Lead photo: Cruising down the winter roads to adventure in a Holiday Rambler class A motorhome. Photo by Norm Rosen.
A Special Feature from our friends at Steele Rubber Products
In this post, we’re going to cover two of the most common questions we see about RV’ing in colder temperatures:
- What is a four-seasons RV?
- What are some steps I can take to prepare my RV for the winter?
What exactly is a 4 Seasons RV?
A quick online search reveals that these are campers designed to withstand the extreme heat and cold offered from more severe climates. The typical campers you see are truck campers, motorhomes or trailers that can withstand high levels of heat and cold.
In a four-seasons RV you can expect:
- Extra insulation
- Vents in the roof to release moisture
- Enclosed underbelly
- Heat/vents in the storage areas
- Enclosed water connections
There is a word of caution: beware of what the RV manufacturer says about their RVs. Not all RVs are built for full-time living – let alone extreme weather conditions.
Sometimes, the only difference between a normal RV and a “four-seasons RV” is the premium price. Take the time to do some research outside of what you get from the manufacturer. You’ll want to consider where you want to take your RV and how you will use it. Answering these questions will help you determine the specific features, environmental stress, the amount of space and amenities your RV needs to keep you and your family comfortable.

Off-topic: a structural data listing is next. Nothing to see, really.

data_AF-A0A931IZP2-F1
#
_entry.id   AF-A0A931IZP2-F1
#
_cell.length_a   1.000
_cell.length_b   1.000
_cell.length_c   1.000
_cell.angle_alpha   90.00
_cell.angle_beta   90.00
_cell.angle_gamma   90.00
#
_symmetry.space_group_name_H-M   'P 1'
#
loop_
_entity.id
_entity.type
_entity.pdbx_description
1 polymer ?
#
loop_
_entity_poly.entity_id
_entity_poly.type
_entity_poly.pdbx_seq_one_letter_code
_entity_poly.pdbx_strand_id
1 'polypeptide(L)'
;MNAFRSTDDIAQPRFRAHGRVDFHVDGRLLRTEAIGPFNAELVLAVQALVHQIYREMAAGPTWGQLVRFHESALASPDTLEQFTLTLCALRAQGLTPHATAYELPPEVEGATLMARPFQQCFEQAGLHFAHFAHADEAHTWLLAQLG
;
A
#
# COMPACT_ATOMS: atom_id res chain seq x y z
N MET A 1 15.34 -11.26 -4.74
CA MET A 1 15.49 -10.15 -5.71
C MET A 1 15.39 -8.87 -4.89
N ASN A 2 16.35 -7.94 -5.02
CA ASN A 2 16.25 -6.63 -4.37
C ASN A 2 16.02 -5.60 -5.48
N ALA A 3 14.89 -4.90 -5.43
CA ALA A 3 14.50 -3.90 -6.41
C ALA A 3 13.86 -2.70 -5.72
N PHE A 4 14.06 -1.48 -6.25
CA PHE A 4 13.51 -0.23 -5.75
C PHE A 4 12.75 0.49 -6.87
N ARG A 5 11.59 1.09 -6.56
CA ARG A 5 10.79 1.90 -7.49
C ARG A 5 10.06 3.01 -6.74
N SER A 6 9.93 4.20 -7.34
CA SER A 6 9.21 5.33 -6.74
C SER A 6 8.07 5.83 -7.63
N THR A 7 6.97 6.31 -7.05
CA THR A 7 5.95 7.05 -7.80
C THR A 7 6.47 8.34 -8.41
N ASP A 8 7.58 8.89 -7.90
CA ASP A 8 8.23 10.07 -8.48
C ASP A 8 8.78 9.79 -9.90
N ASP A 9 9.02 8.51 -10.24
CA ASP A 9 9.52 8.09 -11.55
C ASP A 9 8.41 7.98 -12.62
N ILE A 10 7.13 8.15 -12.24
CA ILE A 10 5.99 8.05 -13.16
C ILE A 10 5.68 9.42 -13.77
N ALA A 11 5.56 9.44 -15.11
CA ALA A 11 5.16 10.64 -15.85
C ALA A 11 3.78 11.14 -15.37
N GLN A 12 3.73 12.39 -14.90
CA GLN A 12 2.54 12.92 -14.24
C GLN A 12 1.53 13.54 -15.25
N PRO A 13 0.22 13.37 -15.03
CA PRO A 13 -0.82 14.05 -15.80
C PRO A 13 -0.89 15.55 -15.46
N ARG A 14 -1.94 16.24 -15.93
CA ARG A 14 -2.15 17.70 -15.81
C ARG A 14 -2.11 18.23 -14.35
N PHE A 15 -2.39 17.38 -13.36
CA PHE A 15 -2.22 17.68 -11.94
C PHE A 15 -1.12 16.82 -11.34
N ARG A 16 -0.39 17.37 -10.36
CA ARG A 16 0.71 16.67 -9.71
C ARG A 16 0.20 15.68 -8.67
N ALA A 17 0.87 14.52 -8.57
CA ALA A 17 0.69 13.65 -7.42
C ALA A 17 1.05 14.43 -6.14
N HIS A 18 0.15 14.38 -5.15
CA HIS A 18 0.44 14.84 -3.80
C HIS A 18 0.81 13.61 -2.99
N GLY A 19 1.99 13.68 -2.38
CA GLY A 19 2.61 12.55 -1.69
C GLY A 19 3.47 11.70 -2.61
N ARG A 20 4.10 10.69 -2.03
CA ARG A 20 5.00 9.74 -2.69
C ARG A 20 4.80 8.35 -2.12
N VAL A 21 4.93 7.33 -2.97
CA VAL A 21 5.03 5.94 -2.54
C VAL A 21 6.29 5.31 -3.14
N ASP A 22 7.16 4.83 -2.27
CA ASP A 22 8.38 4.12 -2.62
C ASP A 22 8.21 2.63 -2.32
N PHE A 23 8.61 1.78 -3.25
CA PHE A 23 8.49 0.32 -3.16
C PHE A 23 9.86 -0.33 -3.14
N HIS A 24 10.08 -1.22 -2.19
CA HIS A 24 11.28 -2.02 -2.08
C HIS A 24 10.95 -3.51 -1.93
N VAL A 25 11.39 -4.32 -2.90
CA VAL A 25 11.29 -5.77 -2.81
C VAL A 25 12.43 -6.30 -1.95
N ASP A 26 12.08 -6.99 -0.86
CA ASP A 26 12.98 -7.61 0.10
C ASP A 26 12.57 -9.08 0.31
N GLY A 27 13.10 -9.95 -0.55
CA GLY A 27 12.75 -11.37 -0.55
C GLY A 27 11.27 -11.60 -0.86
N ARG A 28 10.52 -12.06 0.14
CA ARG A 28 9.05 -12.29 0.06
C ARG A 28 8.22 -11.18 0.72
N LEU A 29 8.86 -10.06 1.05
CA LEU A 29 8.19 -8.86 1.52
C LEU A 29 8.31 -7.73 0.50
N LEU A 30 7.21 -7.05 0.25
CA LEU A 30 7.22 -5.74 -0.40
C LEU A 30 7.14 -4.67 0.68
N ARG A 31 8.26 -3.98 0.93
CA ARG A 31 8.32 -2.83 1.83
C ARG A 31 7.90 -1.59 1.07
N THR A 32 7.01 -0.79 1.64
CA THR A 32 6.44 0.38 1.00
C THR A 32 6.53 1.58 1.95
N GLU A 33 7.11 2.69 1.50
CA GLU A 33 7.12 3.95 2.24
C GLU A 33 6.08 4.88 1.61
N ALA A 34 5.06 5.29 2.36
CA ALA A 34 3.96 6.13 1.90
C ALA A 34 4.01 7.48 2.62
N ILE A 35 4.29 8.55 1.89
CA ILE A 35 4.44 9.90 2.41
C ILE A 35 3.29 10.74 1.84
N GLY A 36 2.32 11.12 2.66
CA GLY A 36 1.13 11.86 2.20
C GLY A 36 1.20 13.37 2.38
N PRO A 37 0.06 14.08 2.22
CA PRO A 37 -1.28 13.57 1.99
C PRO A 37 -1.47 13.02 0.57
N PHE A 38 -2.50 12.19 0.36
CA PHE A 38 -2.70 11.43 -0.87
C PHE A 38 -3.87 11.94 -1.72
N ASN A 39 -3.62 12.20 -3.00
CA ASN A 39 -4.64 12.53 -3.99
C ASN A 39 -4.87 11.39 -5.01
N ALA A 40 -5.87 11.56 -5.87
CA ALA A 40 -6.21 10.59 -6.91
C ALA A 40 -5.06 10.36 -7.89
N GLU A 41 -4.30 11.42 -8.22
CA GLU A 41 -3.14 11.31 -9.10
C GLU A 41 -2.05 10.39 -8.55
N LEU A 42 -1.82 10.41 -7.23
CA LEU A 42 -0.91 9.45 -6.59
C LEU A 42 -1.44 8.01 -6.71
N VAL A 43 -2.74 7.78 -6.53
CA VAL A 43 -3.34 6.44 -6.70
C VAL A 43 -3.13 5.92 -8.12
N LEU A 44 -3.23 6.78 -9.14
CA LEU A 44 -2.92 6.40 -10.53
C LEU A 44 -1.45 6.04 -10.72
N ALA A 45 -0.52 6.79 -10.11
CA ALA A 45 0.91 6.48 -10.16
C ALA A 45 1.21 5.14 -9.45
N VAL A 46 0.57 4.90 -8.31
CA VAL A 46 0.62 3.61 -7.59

RV Winterization Tips from Around the Web
There are plenty of ways you can protect your RV during the winter months. Suggestions online range from lining your cabinets with foam board and insulation to insulated/black-out curtains. The most important tip we have found online is that you want to make sure your hoses are heated/insulated.
If you’re living in a climate where liquid could freeze in the amount of time it’s in the hose, you’re going to want to keep the hose insulated. It doesn’t hurt to consider this a “best practice”, even in a climate like North Carolina. Even in milder climates, you should expect cold snaps! Frozen water lines are an incredible inconvenience!
Another online tip is to keep extra heat sources on hand. This could be as simple as a heated blanket, or small electric heater. Another word of caution is to research the electrical heater you are thinking about purchasing. You want to make sure that the heater will work well in an RV. You want to make sure that your RV is well ventilated and that the heater is meant for small spaces.
Reducing heat loss in your RV is HUGE. The #1 recommendation we have seen is to skirt your RV. You can buy these skirts online for a couple hundred bucks, or (if you’re crafty) you can fashion one of your own.
Our recommendation is to also invest in your seals.
I will shout it from the roof tops – invest in your seals!
Weatherstripping is crucial for keeping the warm air in, and cold air out! These seals are your first defence against bugs, vermin, mold, dust, grime, etc. You might not think about your seals all that often, but a quick check around the RV to ensure your seals are still good is a pro move.